Maximizing Impact – A Guide to Hanging Photographs and Artwork

Hanging Artwork
Home interior photo via nor-sis.com; Original photograph of Brigitte Bardot by Terry O’Neill.

Consider the Mood

When planning for your photo shoot, I encourage putting a lot of time and energy into choosing colors, clothing, and thinking about the mood that you want to portray. This seems like a natural part of the process, since everyone wants to look their best! But that time and energy serves many goals. Our shoot-planning process helps you dig deep into your personal style and ultimately create artwork that speaks to your soul.  Considering the final product before the first snap of the shutter will reap dividends when the mood, style, and colors of your photographs blend perfectly with their ultimate living space in your home.

Be Size Wise

Your artwork should cover a minimum of 2/3 of the wall space it hangs in, whether you are featuring a single piece or a grouping of photographs. The tendency for many is to choose artwork that is way too small! A 20 inch frame sounds huge, right? But all too often when placed on the wall the impact is underwhelming at best. Investing in the proper proportions for your space will not only make your artwork shine, it will help your room look complete and polished.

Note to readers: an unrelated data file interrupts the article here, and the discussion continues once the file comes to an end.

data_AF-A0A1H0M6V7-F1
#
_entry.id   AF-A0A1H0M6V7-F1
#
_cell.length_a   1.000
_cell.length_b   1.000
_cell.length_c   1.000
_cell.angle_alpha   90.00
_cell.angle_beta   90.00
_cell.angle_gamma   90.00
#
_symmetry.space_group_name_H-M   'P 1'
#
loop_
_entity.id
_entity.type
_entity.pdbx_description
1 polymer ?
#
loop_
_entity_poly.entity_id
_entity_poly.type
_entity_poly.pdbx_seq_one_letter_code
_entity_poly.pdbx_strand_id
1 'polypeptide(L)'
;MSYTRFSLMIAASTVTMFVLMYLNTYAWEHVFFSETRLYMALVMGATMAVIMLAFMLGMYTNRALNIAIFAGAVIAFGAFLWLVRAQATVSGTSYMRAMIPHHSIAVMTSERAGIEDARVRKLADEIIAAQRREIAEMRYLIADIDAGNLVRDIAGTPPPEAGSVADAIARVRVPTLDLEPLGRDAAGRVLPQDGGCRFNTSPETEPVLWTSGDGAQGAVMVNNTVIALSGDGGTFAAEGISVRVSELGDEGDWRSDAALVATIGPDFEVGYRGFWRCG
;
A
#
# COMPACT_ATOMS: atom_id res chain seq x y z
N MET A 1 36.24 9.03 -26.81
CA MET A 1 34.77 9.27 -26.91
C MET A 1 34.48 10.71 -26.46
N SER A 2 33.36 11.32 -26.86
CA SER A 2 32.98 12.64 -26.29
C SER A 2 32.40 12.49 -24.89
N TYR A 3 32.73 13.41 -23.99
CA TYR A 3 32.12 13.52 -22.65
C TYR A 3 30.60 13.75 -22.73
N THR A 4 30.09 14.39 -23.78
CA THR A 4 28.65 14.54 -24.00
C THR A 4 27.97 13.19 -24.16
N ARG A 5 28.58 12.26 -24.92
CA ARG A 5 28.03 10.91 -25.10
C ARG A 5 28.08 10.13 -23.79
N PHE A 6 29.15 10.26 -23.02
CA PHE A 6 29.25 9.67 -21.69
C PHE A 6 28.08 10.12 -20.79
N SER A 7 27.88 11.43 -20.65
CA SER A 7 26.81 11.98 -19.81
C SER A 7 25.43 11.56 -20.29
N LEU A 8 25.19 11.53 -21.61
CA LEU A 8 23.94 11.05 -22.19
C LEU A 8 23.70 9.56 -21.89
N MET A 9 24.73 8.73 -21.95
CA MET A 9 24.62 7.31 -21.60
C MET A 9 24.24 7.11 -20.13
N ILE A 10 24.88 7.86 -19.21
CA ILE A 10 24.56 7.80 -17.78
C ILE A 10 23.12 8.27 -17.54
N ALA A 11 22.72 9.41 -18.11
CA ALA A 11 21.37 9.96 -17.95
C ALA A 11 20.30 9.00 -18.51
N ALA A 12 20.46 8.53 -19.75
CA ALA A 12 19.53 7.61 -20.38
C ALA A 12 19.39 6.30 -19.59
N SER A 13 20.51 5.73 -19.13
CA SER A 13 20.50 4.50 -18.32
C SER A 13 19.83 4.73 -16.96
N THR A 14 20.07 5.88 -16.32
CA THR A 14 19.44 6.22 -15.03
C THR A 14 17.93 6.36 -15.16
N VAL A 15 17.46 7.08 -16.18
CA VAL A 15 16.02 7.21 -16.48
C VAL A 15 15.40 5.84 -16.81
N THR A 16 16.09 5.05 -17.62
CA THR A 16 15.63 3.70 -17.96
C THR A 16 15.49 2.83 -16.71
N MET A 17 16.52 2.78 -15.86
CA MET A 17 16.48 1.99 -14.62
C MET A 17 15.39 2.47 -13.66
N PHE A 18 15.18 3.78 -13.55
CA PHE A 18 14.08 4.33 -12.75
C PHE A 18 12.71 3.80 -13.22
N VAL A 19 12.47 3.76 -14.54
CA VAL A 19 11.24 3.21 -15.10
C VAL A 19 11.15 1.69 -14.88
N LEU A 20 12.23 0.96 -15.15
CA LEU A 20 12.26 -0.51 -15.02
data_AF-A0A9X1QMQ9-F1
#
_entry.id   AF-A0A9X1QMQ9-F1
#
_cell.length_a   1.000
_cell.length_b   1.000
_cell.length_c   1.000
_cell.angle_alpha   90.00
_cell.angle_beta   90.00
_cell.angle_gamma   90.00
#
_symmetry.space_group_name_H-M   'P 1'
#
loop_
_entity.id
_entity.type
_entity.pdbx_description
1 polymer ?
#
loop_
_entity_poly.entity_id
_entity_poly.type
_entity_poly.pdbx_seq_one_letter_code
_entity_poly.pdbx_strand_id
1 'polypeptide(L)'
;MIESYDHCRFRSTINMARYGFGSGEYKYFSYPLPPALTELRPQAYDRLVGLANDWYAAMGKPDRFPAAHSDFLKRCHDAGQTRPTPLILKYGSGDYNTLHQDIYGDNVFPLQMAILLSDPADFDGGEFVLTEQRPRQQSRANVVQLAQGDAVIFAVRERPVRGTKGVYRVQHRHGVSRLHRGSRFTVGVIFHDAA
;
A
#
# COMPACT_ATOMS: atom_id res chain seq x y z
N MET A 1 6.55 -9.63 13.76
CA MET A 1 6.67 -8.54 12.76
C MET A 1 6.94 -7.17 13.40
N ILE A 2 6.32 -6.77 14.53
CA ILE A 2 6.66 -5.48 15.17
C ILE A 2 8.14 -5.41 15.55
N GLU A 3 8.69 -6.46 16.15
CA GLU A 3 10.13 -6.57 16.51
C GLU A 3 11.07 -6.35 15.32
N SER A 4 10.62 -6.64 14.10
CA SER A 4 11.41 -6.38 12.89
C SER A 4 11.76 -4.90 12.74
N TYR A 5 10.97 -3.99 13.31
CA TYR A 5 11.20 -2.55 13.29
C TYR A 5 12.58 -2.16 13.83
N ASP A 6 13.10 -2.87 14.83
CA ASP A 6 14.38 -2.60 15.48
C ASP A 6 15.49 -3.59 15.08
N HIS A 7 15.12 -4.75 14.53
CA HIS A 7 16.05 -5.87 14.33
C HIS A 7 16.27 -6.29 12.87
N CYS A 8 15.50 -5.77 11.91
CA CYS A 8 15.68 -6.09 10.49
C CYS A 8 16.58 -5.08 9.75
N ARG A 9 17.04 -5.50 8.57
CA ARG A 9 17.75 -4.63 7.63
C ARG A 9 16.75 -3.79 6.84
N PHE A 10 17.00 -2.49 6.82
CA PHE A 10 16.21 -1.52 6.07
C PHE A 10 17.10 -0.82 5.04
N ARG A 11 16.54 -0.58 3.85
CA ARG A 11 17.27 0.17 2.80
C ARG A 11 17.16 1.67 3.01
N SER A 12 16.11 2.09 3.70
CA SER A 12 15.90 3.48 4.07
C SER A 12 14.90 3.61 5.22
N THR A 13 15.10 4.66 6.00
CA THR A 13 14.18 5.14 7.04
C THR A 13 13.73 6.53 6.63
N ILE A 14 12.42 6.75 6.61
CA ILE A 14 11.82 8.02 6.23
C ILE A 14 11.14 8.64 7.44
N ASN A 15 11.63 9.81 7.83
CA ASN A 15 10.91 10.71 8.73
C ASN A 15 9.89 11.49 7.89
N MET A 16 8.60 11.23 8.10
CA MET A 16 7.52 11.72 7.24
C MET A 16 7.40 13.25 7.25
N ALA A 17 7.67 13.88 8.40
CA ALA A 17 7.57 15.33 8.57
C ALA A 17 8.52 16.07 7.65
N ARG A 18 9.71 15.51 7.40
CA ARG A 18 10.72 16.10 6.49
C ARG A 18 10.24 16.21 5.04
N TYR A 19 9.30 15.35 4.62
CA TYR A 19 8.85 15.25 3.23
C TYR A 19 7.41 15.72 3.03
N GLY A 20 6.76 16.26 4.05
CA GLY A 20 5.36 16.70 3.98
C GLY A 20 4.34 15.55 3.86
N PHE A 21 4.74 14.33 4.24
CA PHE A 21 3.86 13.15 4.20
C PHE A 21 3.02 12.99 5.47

One of my favorite tools to use with my clients during their design session lets you view YOUR photographs on YOUR OWN walls. A game changer that helps me provide the very best service, and helps you make the best decision for your artwork.

Height Matters

Hanging art too high is one of the most committed “crimes” in the world of decorating! Avoid this common mistake by using the simple, universal rule that museums and galleries swear by – hang your art 57″ on center. This is eye level for the average adult, so your art will be viewed at it’s best. Not to mention that if you use this rule throughout your home, all of your artwork will share a midline, no matter the total size of each piece, creating harmony through every room.

If a 57″ centerpoint doesn’t work when hanging over a piece of furniture, fall back on this rule of thumb: leave at least 6″, and no more than 12″, between your furniture and the bottom of your art.

 

 



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